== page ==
Designing the Healthcare Experience of Hamiltonians
Contributed by Mary Taws
A taxi pulls up to the curb at McMaster University’s main campus, where a group of alumni are setting up a large presentation board.
“Are all of you the professors?” the taxi driver hollers from his car.
Amused with his quip, he approaches the alumni, who are putting the finishing touches on their display.
“Well, we’re actually here to talk to you,” one of them replies.
Usually end-of-term days are quiet on main campus, but things are about to get much livelier. It’s 100in1Day across Canada, which aims to inspire residents to activate 100 thought-provoking ideas to transform their city all on one day.
As part of McMaster’s 100in1 efforts, alumni from the HLA’s Emerging Health Leaders (EHL) and Innovation by Design (IBD) programs are using design thinking to engage Hamiltonians on their experiences with health or healthcare. The purpose behind this ‘empathy mapping’ is to provide the group with a more nuanced understanding of what health problems might need solving in the community.
Intrigued by the alumni’s design thinking approach, the taxi driver shares one of his personal experiences.
“I had a rash on my arms, all over my body,” he says. “It just wouldn’t go away no matter what I tried. Doctors dismissed me at every step along the way.”
“How did you feel in that moment?” EHL alumnus Grace Billing asks.
The taxi driver pauses reflectively, before sharing one word: “Disappointed.”
After trying out an elimination diet, he found out that he was allergic to nuts. But this was only discovered after several visits to doctors and specialists who “didn’t seem to be interested in the root cause.”
Billing says the taxi driver’s story really connects to the whole point of design thinking.
“Design thinking is all about really understanding the user. What do they think? What do they feel? What are their experiences?” she says. “That can be applied to how physicians treat their patients.”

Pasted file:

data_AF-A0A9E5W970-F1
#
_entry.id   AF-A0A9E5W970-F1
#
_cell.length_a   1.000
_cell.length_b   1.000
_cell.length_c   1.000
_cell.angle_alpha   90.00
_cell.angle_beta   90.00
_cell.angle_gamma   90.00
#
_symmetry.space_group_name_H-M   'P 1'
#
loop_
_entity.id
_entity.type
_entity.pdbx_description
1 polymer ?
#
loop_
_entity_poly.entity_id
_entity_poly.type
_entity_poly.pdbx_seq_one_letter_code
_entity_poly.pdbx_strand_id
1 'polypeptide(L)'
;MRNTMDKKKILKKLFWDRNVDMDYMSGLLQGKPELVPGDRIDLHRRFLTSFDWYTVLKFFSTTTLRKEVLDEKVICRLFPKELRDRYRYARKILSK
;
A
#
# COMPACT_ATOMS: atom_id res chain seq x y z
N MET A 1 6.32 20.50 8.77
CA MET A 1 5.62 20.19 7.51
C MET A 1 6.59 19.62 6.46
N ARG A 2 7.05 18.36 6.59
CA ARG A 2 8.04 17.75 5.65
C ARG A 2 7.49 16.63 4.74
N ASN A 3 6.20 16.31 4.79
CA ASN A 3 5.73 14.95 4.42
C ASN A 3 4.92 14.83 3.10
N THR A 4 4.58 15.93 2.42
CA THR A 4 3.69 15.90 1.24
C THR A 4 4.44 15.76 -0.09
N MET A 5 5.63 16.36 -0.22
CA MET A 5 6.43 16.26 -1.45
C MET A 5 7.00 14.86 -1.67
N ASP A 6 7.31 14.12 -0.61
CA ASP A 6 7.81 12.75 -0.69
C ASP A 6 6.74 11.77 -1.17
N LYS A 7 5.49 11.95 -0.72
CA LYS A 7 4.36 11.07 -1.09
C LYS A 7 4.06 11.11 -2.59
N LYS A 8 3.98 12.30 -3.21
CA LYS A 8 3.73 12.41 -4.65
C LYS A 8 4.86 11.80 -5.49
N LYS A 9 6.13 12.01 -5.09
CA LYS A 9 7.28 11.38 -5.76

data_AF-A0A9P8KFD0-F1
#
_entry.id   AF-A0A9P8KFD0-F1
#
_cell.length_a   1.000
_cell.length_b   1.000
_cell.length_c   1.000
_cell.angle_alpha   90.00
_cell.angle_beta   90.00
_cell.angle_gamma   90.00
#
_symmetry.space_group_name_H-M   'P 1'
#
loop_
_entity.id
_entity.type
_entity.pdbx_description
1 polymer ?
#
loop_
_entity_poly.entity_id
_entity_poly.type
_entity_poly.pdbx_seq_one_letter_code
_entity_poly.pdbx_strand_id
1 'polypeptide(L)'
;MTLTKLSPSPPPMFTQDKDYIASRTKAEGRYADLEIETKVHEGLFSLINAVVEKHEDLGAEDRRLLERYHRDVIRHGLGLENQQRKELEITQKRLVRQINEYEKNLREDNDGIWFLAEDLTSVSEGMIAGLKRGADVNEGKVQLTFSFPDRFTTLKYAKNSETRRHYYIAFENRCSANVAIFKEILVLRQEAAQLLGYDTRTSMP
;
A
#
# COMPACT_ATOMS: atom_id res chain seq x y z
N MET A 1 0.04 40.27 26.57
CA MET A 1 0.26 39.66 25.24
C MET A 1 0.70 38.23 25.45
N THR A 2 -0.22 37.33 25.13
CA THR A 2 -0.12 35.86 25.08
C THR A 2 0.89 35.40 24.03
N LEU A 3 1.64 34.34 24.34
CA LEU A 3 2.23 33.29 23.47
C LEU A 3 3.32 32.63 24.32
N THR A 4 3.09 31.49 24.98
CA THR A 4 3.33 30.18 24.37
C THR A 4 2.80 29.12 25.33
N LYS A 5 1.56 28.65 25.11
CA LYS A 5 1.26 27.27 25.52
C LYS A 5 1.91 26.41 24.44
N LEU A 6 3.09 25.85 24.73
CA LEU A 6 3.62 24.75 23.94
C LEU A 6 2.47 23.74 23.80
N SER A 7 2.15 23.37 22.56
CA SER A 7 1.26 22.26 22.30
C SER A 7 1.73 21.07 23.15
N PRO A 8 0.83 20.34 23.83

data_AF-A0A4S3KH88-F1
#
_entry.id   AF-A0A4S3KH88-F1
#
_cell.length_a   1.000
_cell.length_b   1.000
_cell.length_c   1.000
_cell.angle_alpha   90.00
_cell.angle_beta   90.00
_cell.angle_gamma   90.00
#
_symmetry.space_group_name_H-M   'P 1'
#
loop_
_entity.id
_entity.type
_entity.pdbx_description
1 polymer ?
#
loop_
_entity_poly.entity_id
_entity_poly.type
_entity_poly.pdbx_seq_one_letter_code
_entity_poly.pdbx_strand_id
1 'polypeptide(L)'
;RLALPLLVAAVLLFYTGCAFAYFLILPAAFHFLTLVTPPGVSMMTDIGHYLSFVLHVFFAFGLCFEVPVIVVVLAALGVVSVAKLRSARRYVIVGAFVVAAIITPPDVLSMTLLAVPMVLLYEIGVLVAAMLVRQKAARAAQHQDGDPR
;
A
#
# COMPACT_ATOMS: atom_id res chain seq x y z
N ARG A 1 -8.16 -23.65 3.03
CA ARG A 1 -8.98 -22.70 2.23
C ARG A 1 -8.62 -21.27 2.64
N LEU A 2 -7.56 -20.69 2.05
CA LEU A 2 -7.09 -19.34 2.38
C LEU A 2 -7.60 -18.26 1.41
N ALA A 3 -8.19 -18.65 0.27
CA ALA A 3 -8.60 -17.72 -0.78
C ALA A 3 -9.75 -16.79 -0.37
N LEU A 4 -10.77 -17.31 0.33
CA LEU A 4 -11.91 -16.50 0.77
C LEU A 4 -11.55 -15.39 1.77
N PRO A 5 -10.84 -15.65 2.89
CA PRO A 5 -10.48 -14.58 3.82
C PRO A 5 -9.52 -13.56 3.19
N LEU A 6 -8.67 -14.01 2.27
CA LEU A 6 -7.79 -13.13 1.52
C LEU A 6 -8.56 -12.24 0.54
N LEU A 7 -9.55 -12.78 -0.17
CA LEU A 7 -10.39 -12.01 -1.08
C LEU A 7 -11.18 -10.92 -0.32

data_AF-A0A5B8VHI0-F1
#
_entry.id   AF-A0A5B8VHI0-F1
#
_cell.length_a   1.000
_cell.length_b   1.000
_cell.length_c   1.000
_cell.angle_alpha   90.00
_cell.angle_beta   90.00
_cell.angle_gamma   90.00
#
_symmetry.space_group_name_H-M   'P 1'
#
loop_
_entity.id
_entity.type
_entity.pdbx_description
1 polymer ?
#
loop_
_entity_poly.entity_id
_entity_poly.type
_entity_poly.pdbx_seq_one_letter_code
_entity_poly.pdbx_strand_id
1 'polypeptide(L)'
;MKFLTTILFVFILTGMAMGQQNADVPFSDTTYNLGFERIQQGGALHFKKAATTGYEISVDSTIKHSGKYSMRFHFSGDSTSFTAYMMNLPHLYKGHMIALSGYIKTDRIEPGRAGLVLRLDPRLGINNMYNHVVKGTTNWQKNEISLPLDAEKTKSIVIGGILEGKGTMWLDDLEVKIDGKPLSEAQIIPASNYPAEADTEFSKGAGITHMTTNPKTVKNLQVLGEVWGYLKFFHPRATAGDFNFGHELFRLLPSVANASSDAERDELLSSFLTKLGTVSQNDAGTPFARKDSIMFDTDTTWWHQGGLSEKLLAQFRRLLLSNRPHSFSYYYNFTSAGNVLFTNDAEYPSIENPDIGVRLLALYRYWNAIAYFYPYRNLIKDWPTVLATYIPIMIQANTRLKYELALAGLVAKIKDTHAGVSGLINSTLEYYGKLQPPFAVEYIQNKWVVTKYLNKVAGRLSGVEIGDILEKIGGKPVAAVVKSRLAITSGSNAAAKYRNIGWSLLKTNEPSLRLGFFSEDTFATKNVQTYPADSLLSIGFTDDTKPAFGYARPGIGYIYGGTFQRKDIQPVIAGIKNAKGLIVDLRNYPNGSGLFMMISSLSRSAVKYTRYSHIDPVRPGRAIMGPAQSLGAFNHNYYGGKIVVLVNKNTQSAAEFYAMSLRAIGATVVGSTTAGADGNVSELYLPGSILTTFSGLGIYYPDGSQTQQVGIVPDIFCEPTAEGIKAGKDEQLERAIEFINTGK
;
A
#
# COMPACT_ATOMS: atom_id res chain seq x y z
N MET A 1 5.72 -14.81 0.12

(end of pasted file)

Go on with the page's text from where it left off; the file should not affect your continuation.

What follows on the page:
Throughout the day, more stories trickled in, populating a growing empathy map of how Hamiltonians experience health and healthcare. While some responses were positive – often noting the importance of Canada’s universal healthcare system – many patients felt unheard or dismissed by their physicians.
Billing is a member of the HLA Alumni Ambassador Committee, a group that spearheads and supports continued health leadership education and community outreach. Through initiatives, such as 100in1 Day, the HLA’s Alumni Ambassadors are continuing to bridge health and business beyond their studies with the Academy.
Co-chair of the committee George Keliny says the main goal of the 100in1 Day workshop was to highlight the importance of empathy.
“In how we deal with people, it’s important to know how the other person feels,” Keliny says. “It’s about putting ourselves in the other person’s shoes.”
Anna D’Angela, 100in1 Day facilitator and co-chair of the committee, says her continued engagement with the HLA has enriched her skills and expanded her network.
“I’ve continued to stay engaged with the HLA as an Alumni Ambassador because I want to stay connected to and support the exciting and innovative work the Academy is doing,” D’Angela says.
“Plus, it is a wonderful way keep in touch with the friends and colleagues I have made through the various events and programs!”
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